SharePoint Backup & Recovery Boot Camp: Week 2

SharePoint Backup & Recovery Boot Camp: Week 2

SharePoint Backup & Recovery Boot Camp: Week 2

By Paul LaPorte | August 10, 2015

Welcome to Week 2 of SharePoint Backup and Recovery Boot Camp!

As I said in Week 1, something is going to go wrong. It always does. At Backup and Recovery Boot Camp, we treat recovery as a “When” and not an “If”.

This week, we tackle the different types of backup and how you can use them to form a comprehensive backup strategy. Backups come in different flavors: full, incremental and differential, with log files keeping track of changes along the way.

You can backup on-site or in the cloud. Backups can provide enterprise, application, or content specific protection. Backups can protect content for an individual, a department, or everything your organization puts into SharePoint. Your backup strategy, based on using some combination of these different backup techniques, is to optimally protect important data and enable recoveries, large and small.

Administrators typically create and execute backup strategies three ways:

  1. Out-of-the-box backup capabilities of either SharePoint or SQL Server;

  2. Centralized backup team that backs up everything for the organization; and

  3. Mix several backup approaches to achieve some business objectives.

Approximately 40% of administrators rely on out-of-the-box capabilities. For some people, this sufficiently provides adequate backup protection. For others, this approach is inadequate. Most people in this group report not having objective metrics to measure success, such as RPO and RTO attainment (covered in a future installment) or testing and validating backups. This group identifies with backup-as-insurance.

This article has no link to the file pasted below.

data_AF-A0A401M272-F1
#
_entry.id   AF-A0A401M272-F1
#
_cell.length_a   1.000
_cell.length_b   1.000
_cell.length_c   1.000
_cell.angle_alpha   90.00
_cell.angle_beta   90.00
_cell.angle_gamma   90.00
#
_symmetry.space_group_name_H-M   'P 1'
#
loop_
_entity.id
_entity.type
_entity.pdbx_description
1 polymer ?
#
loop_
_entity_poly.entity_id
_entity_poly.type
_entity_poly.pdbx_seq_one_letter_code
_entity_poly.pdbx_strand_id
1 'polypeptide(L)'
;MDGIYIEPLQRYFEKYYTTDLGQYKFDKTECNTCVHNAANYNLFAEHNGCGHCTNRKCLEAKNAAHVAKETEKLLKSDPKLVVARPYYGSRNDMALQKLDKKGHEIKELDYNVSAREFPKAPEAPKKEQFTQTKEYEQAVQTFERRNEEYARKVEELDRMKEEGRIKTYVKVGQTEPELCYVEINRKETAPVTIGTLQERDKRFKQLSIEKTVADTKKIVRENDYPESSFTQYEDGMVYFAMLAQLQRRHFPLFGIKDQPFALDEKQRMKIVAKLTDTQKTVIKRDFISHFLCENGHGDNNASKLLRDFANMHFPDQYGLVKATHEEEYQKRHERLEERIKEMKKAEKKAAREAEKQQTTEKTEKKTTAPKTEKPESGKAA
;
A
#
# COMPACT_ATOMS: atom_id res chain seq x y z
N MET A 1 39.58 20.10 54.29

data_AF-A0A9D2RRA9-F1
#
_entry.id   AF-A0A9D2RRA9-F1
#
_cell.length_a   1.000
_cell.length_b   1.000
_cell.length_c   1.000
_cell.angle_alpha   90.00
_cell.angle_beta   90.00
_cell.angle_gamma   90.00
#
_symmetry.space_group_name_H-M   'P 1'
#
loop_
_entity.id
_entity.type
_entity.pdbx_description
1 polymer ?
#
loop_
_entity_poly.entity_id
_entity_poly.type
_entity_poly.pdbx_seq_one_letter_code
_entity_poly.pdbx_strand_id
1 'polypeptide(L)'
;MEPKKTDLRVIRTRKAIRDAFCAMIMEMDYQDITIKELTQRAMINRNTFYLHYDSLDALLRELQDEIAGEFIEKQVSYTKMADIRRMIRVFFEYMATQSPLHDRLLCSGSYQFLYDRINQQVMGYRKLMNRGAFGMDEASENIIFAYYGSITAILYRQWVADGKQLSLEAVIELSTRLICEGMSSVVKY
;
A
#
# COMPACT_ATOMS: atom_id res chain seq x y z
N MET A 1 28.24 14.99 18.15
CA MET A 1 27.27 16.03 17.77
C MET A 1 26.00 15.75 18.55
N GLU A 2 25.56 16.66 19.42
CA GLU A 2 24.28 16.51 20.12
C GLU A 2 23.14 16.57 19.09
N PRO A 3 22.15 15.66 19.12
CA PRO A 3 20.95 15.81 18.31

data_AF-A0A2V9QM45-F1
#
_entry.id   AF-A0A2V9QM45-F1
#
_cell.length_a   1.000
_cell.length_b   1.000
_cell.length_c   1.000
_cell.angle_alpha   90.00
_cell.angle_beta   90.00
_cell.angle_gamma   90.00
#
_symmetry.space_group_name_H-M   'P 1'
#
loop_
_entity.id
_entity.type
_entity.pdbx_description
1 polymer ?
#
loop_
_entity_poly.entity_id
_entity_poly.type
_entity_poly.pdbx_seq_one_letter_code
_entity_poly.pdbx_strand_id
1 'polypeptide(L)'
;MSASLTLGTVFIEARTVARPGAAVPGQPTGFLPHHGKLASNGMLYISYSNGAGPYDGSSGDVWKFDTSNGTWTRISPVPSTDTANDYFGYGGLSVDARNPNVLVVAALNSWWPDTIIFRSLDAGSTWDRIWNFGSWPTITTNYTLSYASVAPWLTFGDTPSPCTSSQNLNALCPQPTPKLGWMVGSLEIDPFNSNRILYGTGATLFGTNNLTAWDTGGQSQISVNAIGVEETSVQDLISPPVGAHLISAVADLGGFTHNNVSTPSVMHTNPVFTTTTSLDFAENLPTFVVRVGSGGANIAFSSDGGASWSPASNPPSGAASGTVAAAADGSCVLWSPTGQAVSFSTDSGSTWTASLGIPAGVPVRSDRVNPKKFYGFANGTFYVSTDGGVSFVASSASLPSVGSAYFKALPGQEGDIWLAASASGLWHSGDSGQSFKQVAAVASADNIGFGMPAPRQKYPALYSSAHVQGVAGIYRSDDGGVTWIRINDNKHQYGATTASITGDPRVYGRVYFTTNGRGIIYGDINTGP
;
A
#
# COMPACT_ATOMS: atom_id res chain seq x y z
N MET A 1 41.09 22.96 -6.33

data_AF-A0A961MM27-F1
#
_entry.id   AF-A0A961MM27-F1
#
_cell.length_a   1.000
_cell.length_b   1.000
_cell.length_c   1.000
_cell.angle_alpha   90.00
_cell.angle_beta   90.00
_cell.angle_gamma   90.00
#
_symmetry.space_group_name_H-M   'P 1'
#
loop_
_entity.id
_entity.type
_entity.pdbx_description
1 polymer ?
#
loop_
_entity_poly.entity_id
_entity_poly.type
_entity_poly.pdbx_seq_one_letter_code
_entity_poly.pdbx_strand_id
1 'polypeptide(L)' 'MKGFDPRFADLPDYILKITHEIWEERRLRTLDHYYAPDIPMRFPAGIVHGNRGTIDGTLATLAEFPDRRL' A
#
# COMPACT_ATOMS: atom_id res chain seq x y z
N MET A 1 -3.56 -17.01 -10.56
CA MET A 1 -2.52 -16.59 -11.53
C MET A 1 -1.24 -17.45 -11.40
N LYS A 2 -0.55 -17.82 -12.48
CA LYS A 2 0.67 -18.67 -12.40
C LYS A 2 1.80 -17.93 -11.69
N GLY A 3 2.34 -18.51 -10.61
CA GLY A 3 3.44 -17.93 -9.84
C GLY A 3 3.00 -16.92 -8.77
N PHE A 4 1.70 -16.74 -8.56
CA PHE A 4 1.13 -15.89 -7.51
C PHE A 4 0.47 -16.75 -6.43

Another 40% of administrators report little involvement with backups-- as this function resides in another IT group--often with an infrastructure team that is responsible for backups for the entire organization. As such, this group routinely reports the least knowledge of their backup capabilities or key attributes, including backup durations, frequency, and retention periods. The likelihood of a clean and successful recovery is substantially lower for this group as they do not have established expectations and success metrics.

The final 20% spends more time on backups and related strategy, connecting them with business drivers and measuring outcomes and effectiveness. Ideally, these are best practices for all groups, regardless of whether you are in full control or using out-of-the-box tools. Mixing multiple techniques to achieve target recovery objectives is a proactive way to deliver better results while simultaneously closing the loop to continuous improvement. Taking the additional steps of testing and validating ensures backups are ready to go when they are needed and satisfies the agreed upon service levels expected by the organization.

When planning your backup strategy, set yourself up to be a hero. Communicate clear expectations and success metrics first, and then mix the available backup techniques to ensure you can meet the demands of your SharePoint users for a successful recovery.

See you front and center at the next Boot Camp!

Until then, stay sharp:

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Paul LaPorte

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Written By: Paul LaPorte